City Council Districts
The City has four distinct districts for the City Council. Under the district-based method, voters may elect City Council candidates only from their district. The City of Paso Robles initially created districts in April of 2019 and went through a redistricting process as required by law in 2021/22. The current adopted map of the City Council District Boundaries is linked. Starting in 2020 District 3 and District 4 will be up for election every four years (2020, 2024, 2028, 2032...etc.). Starting in 2022 District 1 and District 2 will be up for election every four years (2022, 2026, 2030...etc.). The Mayor is elected at-large by all voters every four years with the next election for mayor to be held in 2022.
Every ten years, City Council election districts must be redrawn so that each district is substantially equal in population. This process, called redistricting, is important in ensuring that each city councilmember represents about the same number of constituents. City Council approved Resolution 22-029 adopting a new map on April 5, 2022 and adopted Ordinance 1118 on April 19, 2022.
Every ten years, local governments use new census data to redraw their district lines to reflect how local populations have changed. Assembly Bill 849 (2019) requires cities and counties to engage communities in the redistricting process by holding public hearings and/or workshops and doing public outreach, including to non- English-speaking communities.
What is redistricting?
Every ten years, districts must be redrawn so that each district is substantially equal in population. This process, called redistricting, is important in ensuring that each City Councilmember represents about the same number of constituents. In Paso Robles, the City Council is responsible for drawing Council Districts. Redistricting is done using U.S. Census data. For the City of Paso Robles, the redistricting process must be completed by April 17, 2022.
Why does redistricting matter to me?
Redistricting determines which neighborhoods and communities are grouped together into a district for purposes of electing a Councilmember.
The City Council will seek input in selecting the next district map for the City Council. This is an opportunity to share with the City Council how you think district boundaries should be drawn to best represent your community.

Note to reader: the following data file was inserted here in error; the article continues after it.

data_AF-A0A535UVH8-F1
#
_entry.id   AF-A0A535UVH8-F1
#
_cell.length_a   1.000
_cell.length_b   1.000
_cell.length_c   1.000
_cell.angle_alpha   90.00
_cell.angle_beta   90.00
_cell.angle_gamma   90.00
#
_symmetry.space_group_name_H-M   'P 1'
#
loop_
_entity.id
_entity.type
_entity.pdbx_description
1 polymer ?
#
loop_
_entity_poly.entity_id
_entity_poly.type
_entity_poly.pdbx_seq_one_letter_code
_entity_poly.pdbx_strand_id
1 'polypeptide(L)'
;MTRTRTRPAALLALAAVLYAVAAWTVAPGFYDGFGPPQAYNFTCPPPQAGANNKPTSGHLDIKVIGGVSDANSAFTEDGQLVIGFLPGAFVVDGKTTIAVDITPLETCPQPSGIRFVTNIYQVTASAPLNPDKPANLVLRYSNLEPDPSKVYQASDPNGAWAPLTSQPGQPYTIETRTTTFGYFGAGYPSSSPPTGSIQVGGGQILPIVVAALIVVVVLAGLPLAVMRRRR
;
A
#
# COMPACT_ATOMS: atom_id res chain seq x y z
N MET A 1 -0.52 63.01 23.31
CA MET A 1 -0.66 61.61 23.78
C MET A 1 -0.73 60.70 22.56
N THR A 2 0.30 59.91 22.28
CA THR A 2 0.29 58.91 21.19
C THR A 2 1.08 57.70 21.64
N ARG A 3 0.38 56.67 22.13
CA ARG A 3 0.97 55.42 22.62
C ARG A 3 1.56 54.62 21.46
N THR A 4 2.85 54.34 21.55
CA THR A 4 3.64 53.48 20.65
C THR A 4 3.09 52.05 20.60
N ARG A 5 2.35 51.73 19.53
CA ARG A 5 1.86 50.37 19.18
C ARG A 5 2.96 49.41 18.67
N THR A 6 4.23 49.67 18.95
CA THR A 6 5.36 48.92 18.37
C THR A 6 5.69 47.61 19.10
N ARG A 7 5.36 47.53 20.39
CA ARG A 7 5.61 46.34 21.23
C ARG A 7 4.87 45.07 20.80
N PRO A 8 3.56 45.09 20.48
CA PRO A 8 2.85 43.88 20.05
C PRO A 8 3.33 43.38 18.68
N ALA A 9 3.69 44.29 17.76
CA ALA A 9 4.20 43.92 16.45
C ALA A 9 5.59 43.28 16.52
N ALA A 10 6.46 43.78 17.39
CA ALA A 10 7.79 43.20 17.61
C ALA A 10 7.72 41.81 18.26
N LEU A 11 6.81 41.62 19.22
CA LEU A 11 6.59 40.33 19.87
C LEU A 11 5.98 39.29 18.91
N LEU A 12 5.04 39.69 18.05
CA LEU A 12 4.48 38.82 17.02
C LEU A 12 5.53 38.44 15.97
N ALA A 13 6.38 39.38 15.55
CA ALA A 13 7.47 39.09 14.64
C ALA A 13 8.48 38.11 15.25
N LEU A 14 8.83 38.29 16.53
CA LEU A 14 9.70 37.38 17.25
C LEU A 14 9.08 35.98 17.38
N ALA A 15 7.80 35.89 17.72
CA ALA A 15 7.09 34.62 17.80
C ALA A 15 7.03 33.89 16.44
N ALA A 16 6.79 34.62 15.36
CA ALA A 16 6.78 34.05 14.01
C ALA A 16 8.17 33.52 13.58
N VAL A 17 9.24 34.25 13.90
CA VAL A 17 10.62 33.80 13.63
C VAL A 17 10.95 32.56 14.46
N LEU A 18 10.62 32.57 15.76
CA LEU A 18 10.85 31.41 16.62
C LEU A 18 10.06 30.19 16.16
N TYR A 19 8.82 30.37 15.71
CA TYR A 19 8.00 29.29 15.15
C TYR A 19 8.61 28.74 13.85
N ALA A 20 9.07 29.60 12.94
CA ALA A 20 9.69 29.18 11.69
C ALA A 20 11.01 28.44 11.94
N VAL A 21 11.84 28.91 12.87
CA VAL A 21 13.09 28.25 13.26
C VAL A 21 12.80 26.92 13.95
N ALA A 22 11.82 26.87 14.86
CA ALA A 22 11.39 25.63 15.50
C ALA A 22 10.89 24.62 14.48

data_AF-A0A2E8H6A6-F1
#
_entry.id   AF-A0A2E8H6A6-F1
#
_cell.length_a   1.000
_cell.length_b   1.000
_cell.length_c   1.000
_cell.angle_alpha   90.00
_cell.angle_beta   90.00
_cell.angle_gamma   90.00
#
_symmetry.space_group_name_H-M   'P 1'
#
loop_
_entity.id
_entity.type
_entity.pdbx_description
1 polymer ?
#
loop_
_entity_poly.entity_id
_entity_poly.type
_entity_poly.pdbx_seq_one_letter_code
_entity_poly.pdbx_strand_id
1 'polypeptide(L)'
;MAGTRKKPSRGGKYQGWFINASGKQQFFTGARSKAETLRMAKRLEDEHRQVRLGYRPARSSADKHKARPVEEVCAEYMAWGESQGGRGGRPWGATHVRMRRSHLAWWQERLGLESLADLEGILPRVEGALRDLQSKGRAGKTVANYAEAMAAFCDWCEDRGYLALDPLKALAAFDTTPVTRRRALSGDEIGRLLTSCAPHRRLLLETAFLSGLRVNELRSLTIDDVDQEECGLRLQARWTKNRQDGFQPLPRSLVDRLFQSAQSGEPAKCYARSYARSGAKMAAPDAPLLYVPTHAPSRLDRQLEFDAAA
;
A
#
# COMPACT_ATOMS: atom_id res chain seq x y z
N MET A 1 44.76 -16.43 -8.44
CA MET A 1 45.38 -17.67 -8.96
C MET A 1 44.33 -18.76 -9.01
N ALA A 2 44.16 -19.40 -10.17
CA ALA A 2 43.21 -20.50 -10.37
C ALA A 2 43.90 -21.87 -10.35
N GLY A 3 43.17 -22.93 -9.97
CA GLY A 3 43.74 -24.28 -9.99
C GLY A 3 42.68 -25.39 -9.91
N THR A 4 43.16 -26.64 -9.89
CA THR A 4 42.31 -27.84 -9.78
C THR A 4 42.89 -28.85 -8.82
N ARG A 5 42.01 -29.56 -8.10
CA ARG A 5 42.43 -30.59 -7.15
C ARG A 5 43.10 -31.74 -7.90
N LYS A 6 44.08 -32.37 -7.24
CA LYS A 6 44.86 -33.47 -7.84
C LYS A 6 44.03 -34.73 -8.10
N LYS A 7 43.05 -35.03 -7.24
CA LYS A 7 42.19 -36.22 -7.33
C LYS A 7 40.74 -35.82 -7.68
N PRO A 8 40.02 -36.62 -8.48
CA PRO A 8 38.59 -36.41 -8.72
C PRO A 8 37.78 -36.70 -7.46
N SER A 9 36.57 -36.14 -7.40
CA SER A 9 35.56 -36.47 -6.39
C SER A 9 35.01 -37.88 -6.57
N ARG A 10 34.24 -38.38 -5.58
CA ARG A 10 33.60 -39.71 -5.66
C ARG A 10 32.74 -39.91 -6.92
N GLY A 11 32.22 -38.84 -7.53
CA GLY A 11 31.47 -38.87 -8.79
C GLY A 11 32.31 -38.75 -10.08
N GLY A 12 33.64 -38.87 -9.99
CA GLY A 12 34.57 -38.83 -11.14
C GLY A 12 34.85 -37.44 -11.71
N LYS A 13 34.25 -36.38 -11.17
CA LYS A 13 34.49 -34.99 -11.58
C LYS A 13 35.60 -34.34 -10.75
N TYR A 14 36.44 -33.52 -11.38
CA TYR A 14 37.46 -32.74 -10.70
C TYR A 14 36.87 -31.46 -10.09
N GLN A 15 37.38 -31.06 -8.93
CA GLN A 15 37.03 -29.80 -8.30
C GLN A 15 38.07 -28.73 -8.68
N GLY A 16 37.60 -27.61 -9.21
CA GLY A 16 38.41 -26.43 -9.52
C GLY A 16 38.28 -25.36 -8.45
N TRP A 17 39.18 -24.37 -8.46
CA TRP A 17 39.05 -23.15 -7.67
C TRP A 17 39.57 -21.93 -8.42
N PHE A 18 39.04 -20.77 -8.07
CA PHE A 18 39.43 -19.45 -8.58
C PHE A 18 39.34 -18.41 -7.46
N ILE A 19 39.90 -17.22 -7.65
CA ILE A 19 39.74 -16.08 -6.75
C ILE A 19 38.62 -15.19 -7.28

You can contact the City Clerk at email@example.com or (805) 237-3888 to find out more about how the process works.
What criteria will the City Council use when drawing district lines?
• Equal Population (based on total population of residents as determined by the most recent federal decennial census and adjusted by the State to reassign incarcerated persons to the last known place of residence)
• Federal Voting Rights Act
• No Racial Gerrymandering
District lines will be adopted using the following criteria:
- Geographically contiguous districts (Areas that meet only at the points of adjoining corners are not contiguous. Areas that are separated by water and not connected by a bridge, tunnel, or regular ferry service are not contiguous),
- the geographic integrity of local neighborhoods or communities shall be respected in a manner that minimizes its division,
- easily identifiable boundaries that follow natural or artificial barriers (rivers, streets, highways, rail lines, etc.), and
- lines shall be drawn to encourage geographic compactness. In addition, boundaries shall not be drawn for purposes of favoring or discriminating against a political party.
How will the City Council notify the public about redistricting?
The City Council will reach out to local media to publicize the redistricting process. Also, the City will make a good faith effort to notify community groups of various kinds about the redistricting process. The City’s public hearings will be provided in applicable languages if residents submit a request in advance. The City Council will notify the public about redistricting hearings, post maps online before adoption, and create a dedicated web page for all relevant information about the redistricting process.